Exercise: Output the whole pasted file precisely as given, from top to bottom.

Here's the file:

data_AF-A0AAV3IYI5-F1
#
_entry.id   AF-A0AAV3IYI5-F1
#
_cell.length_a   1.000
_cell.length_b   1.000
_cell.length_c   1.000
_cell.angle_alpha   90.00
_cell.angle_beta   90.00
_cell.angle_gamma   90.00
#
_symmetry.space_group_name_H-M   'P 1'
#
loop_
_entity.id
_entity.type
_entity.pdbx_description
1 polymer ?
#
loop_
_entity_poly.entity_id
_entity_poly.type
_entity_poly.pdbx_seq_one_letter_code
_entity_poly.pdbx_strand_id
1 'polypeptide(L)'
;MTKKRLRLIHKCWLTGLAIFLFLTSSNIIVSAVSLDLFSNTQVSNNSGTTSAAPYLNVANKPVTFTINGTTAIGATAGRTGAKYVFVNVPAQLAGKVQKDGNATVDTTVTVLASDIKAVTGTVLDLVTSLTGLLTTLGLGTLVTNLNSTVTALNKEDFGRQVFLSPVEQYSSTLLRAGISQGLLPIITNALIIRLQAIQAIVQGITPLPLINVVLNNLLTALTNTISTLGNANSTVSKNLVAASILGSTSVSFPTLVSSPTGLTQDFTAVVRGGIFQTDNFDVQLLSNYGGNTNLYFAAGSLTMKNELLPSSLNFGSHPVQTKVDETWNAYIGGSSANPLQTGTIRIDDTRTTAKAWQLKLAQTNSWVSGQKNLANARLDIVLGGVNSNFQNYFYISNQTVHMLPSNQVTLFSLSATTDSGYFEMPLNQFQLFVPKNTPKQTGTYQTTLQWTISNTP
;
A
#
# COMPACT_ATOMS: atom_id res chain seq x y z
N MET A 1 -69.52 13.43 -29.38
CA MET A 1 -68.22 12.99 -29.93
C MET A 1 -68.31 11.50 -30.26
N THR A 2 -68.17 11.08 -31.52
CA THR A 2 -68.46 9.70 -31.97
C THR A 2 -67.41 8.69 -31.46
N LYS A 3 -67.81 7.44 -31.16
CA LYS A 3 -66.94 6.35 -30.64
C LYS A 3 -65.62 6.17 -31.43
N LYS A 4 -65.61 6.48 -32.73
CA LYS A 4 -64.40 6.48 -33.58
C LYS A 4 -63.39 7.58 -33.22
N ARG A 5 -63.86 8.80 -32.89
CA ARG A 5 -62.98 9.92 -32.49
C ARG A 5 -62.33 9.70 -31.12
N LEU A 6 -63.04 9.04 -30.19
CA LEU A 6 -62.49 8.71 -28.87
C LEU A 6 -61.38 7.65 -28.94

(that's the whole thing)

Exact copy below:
data_AF-A0AAV3IYI5-F1
#
_entry.id   AF-A0AAV3IYI5-F1
#
_cell.length_a   1.000
_cell.length_b   1.000
_cell.length_c   1.000
_cell.angle_alpha   90.00
_cell.angle_beta   90.00
_cell.angle_gamma   90.00
#
_symmetry.space_group_name_H-M   'P 1'
#
loop_
_entity.id
_entity.type
_entity.pdbx_description
1 polymer ?
#
loop_
_entity_poly.entity_id
_entity_poly.type
_entity_poly.pdbx_seq_one_letter_code
_entity_poly.pdbx_strand_id
1 'polypeptide(L)'
;MTKKRLRLIHKCWLTGLAIFLFLTSSNIIVSAVSLDLFSNTQVSNNSGTTSAAPYLNVANKPVTFTINGTTAIGATAGRTGAKYVFVNVPAQLAGKVQKDGNATVDTTVTVLASDIKAVTGTVLDLVTSLTGLLTTLGLGTLVTNLNSTVTALNKEDFGRQVFLSPVEQYSSTLLRAGISQGLLPIITNALIIRLQAIQAIVQGITPLPLINVVLNNLLTALTNTISTLGNANSTVSKNLVAASILGSTSVSFPTLVSSPTGLTQDFTAVVRGGIFQTDNFDVQLLSNYGGNTNLYFAAGSLTMKNELLPSSLNFGSHPVQTKVDETWNAYIGGSSANPLQTGTIRIDDTRTTAKAWQLKLAQTNSWVSGQKNLANARLDIVLGGVNSNFQNYFYISNQTVHMLPSNQVTLFSLSATTDSGYFEMPLNQFQLFVPKNTPKQTGTYQTTLQWTISNTP
;
A
#
# COMPACT_ATOMS: atom_id res chain seq x y z
N MET A 1 -69.52 13.43 -29.38
CA MET A 1 -68.22 12.99 -29.93
C MET A 1 -68.31 11.50 -30.26
N THR A 2 -68.17 11.08 -31.52
CA THR A 2 -68.46 9.70 -31.97
C THR A 2 -67.41 8.69 -31.46
N LYS A 3 -67.81 7.44 -31.16
CA LYS A 3 -66.94 6.35 -30.64
C LYS A 3 -65.62 6.17 -31.43
N LYS A 4 -65.61 6.48 -32.73
CA LYS A 4 -64.40 6.48 -33.58
C LYS A 4 -63.39 7.58 -33.22
N ARG A 5 -63.86 8.80 -32.89
CA ARG A 5 -62.98 9.92 -32.49
C ARG A 5 -62.33 9.70 -31.12
N LEU A 6 -63.04 9.04 -30.19
CA LEU A 6 -62.49 8.71 -28.87
C LEU A 6 -61.38 7.65 -28.94